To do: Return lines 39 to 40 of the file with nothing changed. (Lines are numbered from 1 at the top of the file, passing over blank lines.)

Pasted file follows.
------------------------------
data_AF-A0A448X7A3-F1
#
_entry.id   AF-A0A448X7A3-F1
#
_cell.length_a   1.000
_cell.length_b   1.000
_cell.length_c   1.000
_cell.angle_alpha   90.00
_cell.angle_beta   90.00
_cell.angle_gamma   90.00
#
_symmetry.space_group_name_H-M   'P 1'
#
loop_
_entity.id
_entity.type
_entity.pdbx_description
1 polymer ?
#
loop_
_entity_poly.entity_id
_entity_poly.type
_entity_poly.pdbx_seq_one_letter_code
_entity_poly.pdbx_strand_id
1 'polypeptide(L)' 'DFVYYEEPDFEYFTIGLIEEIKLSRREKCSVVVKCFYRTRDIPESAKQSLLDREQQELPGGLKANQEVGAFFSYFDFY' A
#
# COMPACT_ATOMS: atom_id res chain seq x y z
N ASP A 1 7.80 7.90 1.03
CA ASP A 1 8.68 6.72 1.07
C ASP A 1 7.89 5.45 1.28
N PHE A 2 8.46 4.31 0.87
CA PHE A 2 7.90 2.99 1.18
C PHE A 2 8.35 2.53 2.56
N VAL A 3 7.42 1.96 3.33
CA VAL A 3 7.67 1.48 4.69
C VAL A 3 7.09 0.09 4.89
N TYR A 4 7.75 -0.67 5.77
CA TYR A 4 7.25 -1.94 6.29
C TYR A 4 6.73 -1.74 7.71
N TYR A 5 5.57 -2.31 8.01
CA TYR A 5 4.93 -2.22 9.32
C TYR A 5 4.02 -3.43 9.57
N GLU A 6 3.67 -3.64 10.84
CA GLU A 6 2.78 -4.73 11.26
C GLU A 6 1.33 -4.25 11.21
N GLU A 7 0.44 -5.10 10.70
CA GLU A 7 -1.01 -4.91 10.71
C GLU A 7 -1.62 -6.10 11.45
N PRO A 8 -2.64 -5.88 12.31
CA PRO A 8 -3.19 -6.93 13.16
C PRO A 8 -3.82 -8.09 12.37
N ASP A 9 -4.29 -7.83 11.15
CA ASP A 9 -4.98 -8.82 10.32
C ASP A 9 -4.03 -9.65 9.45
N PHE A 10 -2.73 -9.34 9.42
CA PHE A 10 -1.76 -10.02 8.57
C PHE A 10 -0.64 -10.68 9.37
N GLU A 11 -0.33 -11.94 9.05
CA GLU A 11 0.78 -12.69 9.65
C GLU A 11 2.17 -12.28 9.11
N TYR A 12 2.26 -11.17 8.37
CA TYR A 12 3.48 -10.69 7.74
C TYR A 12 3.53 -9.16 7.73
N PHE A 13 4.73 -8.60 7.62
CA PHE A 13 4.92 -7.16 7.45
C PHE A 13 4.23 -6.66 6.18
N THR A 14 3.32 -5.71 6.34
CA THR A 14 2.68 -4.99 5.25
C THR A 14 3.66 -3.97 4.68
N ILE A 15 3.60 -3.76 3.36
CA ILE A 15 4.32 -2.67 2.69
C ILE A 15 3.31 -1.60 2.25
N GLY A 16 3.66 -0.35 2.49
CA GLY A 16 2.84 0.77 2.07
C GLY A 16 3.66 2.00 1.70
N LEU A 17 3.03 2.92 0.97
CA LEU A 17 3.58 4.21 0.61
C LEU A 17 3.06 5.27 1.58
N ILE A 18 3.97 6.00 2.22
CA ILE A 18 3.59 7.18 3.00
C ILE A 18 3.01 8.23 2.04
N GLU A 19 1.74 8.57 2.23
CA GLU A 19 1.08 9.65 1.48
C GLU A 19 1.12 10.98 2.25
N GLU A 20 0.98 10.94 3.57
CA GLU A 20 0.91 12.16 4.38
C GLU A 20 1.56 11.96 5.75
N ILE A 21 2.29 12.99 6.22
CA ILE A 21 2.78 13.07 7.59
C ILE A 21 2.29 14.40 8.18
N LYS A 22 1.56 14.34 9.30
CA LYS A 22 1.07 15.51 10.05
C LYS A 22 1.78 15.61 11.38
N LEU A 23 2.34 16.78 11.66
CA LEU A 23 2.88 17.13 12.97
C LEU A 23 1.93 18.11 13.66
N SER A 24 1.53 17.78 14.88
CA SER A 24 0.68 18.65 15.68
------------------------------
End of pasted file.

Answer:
C TYR A 4 6.73 -1.74 7.71
N TYR A 5 5.57 -2.31 8.01